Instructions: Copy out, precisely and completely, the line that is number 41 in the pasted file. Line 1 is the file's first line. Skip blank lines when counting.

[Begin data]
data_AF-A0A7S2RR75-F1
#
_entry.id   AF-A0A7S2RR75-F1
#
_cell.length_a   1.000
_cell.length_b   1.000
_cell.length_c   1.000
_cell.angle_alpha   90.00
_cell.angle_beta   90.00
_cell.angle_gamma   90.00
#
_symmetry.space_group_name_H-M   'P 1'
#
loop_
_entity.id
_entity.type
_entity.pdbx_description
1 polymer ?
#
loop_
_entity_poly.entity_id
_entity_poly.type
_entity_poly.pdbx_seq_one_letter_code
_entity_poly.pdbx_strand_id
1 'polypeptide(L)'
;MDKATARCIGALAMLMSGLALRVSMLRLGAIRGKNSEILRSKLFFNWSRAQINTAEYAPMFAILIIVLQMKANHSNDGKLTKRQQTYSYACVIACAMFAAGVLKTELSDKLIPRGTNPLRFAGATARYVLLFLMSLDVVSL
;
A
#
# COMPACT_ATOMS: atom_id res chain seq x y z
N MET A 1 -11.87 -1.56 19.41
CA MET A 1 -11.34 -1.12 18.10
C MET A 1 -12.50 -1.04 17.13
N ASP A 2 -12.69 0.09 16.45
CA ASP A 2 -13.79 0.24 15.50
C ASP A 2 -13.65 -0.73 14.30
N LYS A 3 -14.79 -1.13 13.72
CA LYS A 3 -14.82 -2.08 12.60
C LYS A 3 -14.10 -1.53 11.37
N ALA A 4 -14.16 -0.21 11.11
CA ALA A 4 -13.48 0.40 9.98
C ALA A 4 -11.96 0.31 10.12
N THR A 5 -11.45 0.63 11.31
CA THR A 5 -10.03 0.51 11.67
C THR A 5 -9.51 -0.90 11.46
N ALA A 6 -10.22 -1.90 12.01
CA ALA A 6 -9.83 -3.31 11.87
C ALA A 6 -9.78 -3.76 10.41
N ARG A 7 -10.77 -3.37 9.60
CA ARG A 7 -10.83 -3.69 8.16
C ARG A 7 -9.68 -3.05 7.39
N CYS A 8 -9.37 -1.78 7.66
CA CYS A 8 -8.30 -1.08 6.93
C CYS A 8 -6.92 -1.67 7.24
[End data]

CA ALA A 4 -13.48 0.40 9.98